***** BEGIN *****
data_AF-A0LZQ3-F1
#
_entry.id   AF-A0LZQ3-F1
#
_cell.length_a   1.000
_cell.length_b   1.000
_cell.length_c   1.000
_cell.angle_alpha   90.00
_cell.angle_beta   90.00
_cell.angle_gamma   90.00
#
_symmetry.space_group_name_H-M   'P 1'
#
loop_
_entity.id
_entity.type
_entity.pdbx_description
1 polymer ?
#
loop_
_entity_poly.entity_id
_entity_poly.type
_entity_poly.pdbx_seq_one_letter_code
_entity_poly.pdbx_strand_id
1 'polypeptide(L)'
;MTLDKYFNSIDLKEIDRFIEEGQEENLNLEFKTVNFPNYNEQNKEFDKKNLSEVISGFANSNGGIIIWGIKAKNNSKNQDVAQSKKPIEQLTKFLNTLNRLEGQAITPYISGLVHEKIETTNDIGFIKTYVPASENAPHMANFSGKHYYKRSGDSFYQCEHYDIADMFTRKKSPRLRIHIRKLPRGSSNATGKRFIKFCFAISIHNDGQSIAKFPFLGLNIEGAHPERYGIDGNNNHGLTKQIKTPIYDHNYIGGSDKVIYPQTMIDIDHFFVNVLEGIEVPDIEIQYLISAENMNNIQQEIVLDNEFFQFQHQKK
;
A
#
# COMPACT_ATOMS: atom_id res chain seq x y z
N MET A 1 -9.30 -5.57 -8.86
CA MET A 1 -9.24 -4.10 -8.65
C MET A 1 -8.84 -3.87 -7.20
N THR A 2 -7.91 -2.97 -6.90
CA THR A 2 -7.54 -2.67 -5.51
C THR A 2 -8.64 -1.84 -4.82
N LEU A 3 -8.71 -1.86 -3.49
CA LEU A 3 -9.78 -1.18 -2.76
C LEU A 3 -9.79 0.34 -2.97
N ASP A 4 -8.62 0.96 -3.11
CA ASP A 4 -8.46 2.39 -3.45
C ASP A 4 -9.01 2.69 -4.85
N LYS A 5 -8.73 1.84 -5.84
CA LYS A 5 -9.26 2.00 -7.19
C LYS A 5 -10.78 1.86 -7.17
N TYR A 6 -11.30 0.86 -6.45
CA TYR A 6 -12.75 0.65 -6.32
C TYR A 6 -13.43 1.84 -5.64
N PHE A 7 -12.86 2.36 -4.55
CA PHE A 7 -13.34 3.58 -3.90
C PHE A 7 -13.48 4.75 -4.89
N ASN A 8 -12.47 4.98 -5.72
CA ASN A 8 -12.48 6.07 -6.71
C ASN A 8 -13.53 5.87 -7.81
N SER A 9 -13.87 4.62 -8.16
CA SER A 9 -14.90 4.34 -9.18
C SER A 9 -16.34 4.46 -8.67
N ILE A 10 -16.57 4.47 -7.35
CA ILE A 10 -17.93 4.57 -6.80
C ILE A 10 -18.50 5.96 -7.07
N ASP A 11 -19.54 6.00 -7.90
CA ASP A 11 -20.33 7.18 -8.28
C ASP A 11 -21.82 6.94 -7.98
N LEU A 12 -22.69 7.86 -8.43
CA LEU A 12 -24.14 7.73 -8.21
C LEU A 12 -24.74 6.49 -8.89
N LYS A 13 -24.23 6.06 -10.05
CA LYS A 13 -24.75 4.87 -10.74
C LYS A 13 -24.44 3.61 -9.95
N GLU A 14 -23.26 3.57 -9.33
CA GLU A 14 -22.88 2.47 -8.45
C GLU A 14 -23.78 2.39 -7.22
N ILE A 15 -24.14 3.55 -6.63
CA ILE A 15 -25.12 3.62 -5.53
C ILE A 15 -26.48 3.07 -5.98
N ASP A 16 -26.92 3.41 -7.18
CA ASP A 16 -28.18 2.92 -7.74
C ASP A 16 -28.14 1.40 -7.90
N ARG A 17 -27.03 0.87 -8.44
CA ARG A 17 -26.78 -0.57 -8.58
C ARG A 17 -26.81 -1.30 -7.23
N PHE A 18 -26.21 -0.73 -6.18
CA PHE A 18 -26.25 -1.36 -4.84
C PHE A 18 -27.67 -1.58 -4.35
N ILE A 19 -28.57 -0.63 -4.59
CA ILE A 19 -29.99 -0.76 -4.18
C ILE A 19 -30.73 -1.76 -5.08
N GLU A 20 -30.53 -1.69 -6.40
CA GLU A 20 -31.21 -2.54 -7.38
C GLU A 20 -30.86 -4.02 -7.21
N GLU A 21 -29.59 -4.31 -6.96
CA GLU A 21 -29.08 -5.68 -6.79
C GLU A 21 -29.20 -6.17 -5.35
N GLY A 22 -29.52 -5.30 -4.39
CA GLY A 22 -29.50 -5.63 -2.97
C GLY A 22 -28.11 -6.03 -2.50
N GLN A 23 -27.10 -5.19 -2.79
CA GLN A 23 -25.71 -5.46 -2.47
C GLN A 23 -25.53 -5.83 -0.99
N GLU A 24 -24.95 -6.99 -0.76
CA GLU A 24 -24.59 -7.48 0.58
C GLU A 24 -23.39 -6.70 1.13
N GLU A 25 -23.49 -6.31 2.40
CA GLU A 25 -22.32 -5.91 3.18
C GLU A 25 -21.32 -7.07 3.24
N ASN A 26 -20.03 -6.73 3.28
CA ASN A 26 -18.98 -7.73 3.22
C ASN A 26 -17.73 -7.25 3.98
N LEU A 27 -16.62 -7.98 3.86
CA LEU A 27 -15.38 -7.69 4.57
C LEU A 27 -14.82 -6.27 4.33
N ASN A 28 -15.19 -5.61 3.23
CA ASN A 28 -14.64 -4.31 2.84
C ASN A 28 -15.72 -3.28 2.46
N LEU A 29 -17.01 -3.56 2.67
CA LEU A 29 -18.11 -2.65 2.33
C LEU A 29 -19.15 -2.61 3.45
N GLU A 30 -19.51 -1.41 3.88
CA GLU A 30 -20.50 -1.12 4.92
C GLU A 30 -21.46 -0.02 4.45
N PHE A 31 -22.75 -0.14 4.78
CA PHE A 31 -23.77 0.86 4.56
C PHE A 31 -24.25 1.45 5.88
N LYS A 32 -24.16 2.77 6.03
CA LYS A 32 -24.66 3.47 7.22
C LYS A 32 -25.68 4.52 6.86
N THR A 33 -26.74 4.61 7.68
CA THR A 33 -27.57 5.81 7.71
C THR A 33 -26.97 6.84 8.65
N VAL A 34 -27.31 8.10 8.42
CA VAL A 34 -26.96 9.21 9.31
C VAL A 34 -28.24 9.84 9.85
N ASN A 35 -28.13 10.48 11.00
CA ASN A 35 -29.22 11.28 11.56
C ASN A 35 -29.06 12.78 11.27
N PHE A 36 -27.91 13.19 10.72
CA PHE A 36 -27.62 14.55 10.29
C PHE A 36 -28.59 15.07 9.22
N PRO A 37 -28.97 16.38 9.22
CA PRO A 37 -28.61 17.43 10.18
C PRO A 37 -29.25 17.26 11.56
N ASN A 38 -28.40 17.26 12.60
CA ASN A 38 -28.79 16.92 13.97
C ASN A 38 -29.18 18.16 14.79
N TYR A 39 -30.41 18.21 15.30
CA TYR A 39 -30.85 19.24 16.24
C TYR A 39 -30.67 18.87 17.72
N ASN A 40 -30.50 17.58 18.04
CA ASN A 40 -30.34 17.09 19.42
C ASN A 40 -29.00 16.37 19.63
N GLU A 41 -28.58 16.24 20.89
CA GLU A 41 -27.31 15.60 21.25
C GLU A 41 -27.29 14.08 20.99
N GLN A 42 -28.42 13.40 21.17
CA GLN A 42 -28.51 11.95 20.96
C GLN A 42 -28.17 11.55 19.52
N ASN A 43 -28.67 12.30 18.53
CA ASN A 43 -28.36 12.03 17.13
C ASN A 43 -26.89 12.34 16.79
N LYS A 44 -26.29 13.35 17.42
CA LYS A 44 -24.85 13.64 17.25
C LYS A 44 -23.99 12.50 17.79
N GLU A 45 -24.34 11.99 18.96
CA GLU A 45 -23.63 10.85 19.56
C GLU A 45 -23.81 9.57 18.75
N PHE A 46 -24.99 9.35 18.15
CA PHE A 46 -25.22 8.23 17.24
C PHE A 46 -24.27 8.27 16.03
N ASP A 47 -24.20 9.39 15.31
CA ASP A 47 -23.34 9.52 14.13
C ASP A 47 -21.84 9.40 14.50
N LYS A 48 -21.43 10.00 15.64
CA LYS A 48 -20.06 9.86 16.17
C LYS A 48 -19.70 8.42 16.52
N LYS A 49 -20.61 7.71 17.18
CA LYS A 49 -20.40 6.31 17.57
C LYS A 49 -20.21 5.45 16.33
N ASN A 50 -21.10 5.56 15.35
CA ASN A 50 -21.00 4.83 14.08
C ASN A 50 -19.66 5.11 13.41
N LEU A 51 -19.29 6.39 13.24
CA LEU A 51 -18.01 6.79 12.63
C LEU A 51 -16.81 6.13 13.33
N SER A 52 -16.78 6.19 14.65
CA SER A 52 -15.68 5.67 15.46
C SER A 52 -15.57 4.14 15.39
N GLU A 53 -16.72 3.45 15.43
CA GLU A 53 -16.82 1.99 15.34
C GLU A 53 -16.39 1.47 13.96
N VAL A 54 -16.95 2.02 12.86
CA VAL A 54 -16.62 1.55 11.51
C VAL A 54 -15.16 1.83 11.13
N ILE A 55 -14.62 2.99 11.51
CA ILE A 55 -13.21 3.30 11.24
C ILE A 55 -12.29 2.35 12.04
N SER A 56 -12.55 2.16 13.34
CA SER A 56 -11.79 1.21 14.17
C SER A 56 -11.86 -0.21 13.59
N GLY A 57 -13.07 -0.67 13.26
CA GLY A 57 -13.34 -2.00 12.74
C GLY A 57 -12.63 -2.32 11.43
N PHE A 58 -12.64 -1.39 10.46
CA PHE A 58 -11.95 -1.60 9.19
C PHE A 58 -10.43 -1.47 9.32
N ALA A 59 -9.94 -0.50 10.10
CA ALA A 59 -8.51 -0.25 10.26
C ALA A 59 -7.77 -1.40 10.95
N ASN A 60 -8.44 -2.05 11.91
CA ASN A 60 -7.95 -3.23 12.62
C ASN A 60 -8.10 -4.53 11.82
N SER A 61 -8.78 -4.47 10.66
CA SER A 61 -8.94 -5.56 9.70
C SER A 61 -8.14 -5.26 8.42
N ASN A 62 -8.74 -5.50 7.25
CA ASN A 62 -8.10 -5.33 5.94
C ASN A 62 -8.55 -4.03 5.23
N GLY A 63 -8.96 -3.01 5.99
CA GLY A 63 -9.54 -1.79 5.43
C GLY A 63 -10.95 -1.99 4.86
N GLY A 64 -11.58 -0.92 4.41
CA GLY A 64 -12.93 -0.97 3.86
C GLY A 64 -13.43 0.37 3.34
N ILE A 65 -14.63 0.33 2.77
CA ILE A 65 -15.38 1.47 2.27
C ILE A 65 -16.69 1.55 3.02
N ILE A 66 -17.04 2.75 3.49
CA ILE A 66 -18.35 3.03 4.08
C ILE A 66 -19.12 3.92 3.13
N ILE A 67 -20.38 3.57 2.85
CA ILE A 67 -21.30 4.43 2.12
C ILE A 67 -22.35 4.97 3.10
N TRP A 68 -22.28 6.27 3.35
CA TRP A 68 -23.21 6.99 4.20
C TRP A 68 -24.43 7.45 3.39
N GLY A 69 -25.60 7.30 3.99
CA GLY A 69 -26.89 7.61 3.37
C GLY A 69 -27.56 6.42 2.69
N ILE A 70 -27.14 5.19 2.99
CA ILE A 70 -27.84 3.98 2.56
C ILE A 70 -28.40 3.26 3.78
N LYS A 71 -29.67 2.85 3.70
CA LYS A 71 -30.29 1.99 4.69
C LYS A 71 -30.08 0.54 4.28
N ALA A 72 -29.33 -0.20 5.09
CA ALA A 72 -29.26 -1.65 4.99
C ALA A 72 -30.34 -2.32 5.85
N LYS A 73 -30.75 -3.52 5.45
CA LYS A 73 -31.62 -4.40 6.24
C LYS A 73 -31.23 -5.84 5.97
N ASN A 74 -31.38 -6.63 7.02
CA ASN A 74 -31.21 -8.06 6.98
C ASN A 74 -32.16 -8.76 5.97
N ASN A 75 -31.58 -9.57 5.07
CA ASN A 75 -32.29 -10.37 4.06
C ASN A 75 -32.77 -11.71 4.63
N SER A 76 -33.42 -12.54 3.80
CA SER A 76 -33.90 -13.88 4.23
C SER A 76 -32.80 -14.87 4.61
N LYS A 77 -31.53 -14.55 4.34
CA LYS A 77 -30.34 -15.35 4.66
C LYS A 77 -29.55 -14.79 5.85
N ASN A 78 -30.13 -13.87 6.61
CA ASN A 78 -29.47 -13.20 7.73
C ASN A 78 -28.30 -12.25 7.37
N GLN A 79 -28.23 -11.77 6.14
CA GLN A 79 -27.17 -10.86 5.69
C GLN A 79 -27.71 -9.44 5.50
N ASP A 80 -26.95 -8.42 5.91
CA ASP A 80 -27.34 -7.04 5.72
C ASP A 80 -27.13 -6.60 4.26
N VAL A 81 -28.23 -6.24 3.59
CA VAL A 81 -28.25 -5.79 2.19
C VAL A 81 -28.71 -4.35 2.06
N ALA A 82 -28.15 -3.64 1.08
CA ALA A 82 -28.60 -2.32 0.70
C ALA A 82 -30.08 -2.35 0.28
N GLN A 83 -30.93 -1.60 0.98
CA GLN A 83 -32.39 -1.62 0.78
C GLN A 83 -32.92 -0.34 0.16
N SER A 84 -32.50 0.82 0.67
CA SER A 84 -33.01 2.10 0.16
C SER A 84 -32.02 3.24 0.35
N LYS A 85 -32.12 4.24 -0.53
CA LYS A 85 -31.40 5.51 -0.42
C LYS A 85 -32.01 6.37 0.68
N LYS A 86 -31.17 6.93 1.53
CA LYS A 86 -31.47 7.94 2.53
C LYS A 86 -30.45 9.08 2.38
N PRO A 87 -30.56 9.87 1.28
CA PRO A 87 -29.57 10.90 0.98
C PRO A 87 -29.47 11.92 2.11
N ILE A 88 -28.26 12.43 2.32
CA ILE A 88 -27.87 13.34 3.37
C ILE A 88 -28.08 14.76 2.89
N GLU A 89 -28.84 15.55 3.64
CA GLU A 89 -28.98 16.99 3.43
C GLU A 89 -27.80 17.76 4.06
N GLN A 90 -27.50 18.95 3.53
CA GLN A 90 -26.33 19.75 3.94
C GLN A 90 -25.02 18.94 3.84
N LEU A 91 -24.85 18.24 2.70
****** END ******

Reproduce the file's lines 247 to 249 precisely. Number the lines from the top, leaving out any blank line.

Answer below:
N LYS A 73 -30.75 -3.52 5.45
CA LYS A 73 -31.62 -4.40 6.24
C LYS A 73 -31.23 -5.84 5.97